As pet parents we deal with all kinds of behavior issues in our pets. Especially if you have raised your pet(s) from a puppy or kitten, you know how much time and effort we pet owners put into reading and molding behavior. Potty habits are no different. We spend weeks and sometimes months ensuring our pets’ potty habits become established correctly. But what about health issues which may interrupt those established habits? Sometimes when there are changes in their potty routine, pet parents may think the pet is “acting up” or entering into an age where defiance is commonly rumored.
It is important to know, any drastic changes in potty habits can be a sign of a health issue. Urinary Tract Infections (UTI) are not uncommon in pets, and urinary crystals and blockages are also possible; particularly in cats.
How young is too young for a UTI? There is no age minimum or limit on when a pet can develop a UTI or urinary issues. The pet’s lifestyle, environment and water consumption can all be contributors.
You need to be cognizant of what is normal for your pet. If your pet is a grown adult, fully litter or house trained and all of sudden they are urinating in odd places or changing their potty behaviors, do not ever assume it is simply behavior related!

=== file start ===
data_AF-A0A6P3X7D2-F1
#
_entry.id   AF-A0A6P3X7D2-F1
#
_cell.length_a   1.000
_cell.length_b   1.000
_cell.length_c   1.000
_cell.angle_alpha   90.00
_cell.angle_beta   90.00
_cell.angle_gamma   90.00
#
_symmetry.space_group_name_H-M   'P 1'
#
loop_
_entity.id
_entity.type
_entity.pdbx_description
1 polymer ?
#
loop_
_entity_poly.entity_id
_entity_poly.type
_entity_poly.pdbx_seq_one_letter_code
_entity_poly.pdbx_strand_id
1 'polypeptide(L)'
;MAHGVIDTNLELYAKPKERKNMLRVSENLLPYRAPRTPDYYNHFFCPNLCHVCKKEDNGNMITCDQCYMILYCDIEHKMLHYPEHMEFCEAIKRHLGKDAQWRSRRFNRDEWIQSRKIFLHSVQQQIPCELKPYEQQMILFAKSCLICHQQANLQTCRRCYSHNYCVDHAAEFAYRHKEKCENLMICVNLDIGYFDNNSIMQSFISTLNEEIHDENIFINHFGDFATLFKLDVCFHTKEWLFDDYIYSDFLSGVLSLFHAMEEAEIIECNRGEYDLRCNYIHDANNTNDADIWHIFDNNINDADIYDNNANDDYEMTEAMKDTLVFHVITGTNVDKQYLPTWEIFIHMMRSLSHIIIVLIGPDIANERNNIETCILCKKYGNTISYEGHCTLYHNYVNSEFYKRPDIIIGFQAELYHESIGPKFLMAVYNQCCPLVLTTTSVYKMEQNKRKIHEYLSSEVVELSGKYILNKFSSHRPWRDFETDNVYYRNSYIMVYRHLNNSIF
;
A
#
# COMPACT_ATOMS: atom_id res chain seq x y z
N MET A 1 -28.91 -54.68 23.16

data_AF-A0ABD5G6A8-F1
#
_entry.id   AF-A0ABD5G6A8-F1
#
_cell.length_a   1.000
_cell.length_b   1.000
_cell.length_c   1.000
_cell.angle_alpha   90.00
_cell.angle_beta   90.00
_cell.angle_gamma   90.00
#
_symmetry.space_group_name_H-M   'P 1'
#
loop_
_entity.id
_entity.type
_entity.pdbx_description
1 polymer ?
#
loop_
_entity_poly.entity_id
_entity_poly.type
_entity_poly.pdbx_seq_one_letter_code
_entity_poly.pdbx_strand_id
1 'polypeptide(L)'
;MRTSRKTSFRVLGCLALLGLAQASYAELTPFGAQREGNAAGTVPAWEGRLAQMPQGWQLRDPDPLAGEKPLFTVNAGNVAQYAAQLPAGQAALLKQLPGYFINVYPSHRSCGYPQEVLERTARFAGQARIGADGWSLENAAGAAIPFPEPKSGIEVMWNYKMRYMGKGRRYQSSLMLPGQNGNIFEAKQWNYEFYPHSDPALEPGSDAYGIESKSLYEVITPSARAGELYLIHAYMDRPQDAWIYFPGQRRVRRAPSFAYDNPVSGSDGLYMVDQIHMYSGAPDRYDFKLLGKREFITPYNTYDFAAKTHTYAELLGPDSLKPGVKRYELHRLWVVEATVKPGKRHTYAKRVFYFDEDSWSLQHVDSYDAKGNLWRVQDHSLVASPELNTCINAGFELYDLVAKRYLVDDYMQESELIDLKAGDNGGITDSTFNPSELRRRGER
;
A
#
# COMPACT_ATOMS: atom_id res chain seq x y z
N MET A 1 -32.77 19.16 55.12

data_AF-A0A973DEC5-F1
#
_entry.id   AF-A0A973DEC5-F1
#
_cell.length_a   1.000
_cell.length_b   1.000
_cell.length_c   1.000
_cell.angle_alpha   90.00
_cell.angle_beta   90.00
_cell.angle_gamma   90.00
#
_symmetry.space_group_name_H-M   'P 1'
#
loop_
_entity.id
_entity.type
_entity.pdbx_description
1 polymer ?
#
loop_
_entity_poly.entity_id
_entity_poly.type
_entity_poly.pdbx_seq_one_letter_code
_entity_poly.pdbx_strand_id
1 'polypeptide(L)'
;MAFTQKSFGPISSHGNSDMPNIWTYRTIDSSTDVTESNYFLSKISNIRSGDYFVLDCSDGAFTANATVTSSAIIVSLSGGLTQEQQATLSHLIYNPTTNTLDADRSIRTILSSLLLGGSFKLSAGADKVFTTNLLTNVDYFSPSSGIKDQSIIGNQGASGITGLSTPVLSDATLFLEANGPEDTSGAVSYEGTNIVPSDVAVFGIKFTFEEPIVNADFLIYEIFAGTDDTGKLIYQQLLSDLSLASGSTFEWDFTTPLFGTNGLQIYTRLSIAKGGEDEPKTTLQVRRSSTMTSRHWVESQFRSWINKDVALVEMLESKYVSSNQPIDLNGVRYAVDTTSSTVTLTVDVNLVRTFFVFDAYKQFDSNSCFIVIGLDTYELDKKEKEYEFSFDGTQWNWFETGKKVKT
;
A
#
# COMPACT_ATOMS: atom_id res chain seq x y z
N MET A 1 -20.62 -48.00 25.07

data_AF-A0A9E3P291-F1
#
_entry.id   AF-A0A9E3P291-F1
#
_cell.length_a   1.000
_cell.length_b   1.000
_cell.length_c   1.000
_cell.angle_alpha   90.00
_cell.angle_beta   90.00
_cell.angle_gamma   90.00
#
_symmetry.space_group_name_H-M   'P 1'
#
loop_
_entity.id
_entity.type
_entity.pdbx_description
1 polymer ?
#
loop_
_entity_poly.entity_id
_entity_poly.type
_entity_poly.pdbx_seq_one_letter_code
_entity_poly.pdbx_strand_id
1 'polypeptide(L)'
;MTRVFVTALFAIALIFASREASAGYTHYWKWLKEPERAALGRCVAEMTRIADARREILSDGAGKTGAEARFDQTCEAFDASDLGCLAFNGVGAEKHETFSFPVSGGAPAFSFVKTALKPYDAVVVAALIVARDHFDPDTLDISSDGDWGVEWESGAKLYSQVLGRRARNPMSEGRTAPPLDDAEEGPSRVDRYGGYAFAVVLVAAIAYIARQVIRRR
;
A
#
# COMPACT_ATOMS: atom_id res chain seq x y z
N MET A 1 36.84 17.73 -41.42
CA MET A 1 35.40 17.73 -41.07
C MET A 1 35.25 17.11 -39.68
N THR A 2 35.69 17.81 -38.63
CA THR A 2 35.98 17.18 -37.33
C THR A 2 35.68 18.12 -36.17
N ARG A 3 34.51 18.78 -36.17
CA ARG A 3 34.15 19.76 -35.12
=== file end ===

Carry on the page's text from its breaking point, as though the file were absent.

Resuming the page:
If your pet has just urinated outside the litter box or indoors instead of outside, what should you do? Consider it a red flag to watch them carefully over the next couple visits to the litter box or yard and take some notes.
If you see ANY signs of straining, frequent squatting with little to no production, dribbling urine or blood in the urine – a trip to the vet is needed ASAP. If you see increased production in urine outside the norm, that is also a red flag to make a vet appointment.
When in doubt about changes in your pet’s potty routine, err on the side of caution and call your vet. UTI’s are easy to clear up but can be painful. The faster they are treated, the faster your pet can return to his or her normal established potty habits in good health!